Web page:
From Russian gulags and Romanian collaboration with the Nazis through to Ceausescu’s totalitarian state, Nobel prize-winning novelist Herta Müller’s work casts experiences of oppressive authoritarian regimes in strikingly poetic language.
In her acceptance speech for the 2009 Nobel literature prize, Romanian-German author Herta Müller talks about the vicious circle of language. Words are caught in the trap of trying to express something even though the materiality of language will always be inadequate to expression, just as feelings can never be adequately conveyed by gestures. The Nobel committee praised Müller’s writing for her attempts to give expression to ‘life under a dictatorship in her Romanian homeland’, evoking ‘the landscape of the dispossessed’.
What makes Müller’s work so fascinating is not only that it depicts oppressive regimes, from Russian gulags and Romanian collaboration with the Nazis, through a stifling childhood in the rural Banat to Ceausescu’s totalitarian state, but that it does so in strikingly poetic language. This combination makes Müller’s books challenging to translate – but also makes it imperative to bring them to a wider international public, as the Nobel prize recognises.
The protagonists and narrators in Müller’s short stories and novels are close to her own experience. Indeed, she appears to deal with her memories first through fiction, only later revealing her own biographical details in interviews and essays.
Her two short-story collections were published in Bucharest under heavy censorship. Niederungen (translated into English as Nadirs) and the second, little-known, Drückender Tango (‘Oppressive Tango’, as yet untranslated) portray a harsh childhood in a rural German community in the Banat, offering child’s-eye views of rural Romania and satirical depictions of the German minority community along with more political parables. Müller’s first novel, Der Mensch ist ein großer Fasan auf der Welt (translated into English as The Passport) is set in the same community, showing the decay of rural life as families emigrate. Müller wrote this while she, like the main character, was waiting for permission to leave for Germany.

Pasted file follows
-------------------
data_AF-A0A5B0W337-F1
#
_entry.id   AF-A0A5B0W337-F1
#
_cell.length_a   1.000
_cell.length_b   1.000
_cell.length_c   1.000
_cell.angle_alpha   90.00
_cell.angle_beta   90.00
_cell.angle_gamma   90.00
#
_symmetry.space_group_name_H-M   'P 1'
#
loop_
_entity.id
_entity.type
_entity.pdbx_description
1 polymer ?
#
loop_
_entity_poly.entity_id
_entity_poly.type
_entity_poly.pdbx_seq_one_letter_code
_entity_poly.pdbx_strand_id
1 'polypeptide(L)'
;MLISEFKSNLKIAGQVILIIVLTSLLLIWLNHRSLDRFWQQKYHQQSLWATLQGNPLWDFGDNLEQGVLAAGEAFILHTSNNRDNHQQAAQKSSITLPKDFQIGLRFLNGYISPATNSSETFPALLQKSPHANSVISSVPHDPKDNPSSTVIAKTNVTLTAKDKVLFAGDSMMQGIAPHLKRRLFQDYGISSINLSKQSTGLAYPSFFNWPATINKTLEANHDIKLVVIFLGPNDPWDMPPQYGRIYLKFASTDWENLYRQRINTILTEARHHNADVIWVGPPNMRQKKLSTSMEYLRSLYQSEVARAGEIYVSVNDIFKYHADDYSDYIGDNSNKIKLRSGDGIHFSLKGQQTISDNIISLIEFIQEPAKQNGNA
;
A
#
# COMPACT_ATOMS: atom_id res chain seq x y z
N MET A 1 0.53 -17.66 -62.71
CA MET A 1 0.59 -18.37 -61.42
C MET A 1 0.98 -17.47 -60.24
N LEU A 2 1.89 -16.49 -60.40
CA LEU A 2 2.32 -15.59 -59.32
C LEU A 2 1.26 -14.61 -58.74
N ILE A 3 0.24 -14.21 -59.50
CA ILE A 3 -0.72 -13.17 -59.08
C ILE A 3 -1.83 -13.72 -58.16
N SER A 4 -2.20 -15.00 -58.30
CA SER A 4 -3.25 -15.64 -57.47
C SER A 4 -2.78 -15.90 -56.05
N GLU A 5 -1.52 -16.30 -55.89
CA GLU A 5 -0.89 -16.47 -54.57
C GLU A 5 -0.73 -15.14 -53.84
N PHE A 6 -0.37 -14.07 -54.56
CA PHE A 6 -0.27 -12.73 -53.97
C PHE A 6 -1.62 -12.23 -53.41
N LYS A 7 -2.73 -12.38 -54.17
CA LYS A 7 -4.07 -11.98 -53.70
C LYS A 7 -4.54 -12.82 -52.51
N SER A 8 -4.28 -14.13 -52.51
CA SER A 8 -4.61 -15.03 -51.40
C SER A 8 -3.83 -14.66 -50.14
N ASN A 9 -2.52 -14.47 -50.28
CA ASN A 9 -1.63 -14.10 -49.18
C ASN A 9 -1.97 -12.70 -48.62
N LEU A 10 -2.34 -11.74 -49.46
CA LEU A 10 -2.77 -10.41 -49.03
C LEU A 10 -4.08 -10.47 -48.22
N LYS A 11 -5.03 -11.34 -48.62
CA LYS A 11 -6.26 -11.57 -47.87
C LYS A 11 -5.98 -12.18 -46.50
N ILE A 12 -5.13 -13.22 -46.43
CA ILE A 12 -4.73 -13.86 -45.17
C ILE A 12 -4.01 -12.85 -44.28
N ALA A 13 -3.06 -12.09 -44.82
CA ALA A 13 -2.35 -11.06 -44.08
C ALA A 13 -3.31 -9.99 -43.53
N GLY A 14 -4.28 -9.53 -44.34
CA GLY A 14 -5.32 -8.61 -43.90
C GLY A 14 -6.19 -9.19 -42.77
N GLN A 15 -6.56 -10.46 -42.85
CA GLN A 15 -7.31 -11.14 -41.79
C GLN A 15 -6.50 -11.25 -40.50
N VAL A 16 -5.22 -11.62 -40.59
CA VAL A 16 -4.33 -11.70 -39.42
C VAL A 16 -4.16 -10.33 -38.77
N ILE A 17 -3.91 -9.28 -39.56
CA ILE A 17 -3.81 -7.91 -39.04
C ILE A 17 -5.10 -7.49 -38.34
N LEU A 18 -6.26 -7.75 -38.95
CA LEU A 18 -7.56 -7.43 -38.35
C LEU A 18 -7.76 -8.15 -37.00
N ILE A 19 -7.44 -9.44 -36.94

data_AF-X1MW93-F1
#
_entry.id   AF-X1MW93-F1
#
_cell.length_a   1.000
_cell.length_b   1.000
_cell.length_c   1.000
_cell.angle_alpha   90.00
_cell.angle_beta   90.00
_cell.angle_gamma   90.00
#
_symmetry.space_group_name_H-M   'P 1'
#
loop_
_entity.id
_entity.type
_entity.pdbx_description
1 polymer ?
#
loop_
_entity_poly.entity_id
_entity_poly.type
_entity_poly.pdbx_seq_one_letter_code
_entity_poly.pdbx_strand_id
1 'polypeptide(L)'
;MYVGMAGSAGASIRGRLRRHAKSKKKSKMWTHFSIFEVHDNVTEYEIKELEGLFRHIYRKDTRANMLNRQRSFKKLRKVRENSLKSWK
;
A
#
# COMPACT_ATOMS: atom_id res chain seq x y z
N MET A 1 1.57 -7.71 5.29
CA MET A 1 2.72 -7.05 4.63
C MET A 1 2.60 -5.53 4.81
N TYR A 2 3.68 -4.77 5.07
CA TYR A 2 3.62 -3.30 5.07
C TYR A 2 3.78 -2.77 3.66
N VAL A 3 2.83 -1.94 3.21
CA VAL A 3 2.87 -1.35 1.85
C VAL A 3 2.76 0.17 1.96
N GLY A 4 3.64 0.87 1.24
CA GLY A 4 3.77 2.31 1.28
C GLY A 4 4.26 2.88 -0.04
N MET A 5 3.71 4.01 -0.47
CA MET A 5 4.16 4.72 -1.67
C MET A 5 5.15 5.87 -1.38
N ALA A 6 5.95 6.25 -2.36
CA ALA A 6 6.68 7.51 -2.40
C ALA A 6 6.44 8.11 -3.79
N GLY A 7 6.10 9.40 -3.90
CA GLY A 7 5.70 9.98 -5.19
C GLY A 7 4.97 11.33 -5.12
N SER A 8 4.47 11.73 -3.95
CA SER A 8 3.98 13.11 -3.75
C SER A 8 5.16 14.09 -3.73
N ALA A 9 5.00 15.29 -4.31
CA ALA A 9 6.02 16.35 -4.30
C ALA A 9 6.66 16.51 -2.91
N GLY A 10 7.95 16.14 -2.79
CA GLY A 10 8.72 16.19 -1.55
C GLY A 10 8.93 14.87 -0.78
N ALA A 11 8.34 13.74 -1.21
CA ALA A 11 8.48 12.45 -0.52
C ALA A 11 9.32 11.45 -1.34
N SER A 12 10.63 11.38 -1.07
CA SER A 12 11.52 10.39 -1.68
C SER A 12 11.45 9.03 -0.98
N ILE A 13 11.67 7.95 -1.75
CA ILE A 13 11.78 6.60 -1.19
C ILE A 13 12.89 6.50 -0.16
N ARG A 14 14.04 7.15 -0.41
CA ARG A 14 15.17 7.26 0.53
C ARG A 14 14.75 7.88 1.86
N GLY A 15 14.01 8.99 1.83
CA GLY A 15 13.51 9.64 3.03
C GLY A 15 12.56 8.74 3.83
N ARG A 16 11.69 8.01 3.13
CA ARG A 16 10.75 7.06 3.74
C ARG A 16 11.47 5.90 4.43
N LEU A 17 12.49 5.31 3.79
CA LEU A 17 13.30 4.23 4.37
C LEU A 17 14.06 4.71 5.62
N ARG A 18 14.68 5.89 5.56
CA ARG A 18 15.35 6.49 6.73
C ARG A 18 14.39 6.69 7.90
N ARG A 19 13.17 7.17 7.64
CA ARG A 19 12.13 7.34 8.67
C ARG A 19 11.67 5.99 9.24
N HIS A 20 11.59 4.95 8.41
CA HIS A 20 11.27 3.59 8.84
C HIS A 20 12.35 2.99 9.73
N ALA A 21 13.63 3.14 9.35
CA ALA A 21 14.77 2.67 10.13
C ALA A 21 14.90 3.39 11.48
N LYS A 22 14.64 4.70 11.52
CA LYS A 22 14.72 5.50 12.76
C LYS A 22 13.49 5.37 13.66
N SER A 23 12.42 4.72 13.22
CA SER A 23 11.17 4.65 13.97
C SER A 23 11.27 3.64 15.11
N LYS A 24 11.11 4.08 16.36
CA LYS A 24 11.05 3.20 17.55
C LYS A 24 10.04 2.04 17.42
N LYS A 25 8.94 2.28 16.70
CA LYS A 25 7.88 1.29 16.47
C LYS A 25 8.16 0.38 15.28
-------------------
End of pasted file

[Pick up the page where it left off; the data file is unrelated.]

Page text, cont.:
Like Michael Haneke’s 2009 film Das Weisse Band (The White Ribbon, see page 58), these three books depict the effects of constrictive norms, repressive sexuality and violence visited upon children in a rural community. The stories are conveyed in often-surreal prose, in which raspberry plants creep from garden to garden and apple trees eat their own apples.
The German editions of the early texts recast the collections to focus on the rural tales. This shaped Müller as the documentarist of a minority community that had and still has a voice within Germany – and that spoke out strongly (and perhaps stirred up by the Securitate secret police, Müller claims) against her far-from-idyllic view. The more political texts are not republished in the German editions.
Müller’s emigration to West Germany, under pressure from the Securitate, is evoked in Reisende auf Einem Bein (translated into English as Traveling on One Leg), one of only two novels she set outside Romania. Published in late 1989, it tells the story of Irene, a psychologically fragile migrant from an unnamed eastern European country arriving in then still-divided Berlin. The novel is remarkably prescient about the end of the Eastern bloc – and it cannot have escaped the notice of the Nobel prize committee that 2009 marked the 20th anniversary of that momentous set of events.
It was only after this novel that Müller’s political side came to the fore. Her next three novels, written and published after the fall of the Ceausescu regime, begin to detail the physical threat and psychological repression within Ceausescu’s state. In Der Fuchs war damals schon der Jäger (‘The fox was already the hunter’, as yet untranslated but bought by Portobello), the main character Adina finds surreal signs that the Securitate have tampered with her possessions, such as a fox-fur rug whose limbs are severed one by one. Heute wär ich mir lieber nicht begegnet appeared in English as The Appointment, a title that belies the intimidation of the appointment in question – an interrogation by the Securitate.
Probably Müller’s best known work is the densely poetic Herztier (The Land of Green Plums in Michael Hofmann’s English translation). It focuses on a group of friends, based on the poets and writers Richard Wagner, Rolf Bossert and Roland Kirsch, who are targeted by the Securitate, forced to emigrate or die in suspicious circumstances. As with Müller, the narrator’s difficult father had been involved in the SS during the second world war; and like Müller, the narrator is betrayed by her best friend, who secretly spies on her. It was only the recent viewing of her Securitate file that put to rest the lingering suspicion that this friendship might even have been set up by the Securitate.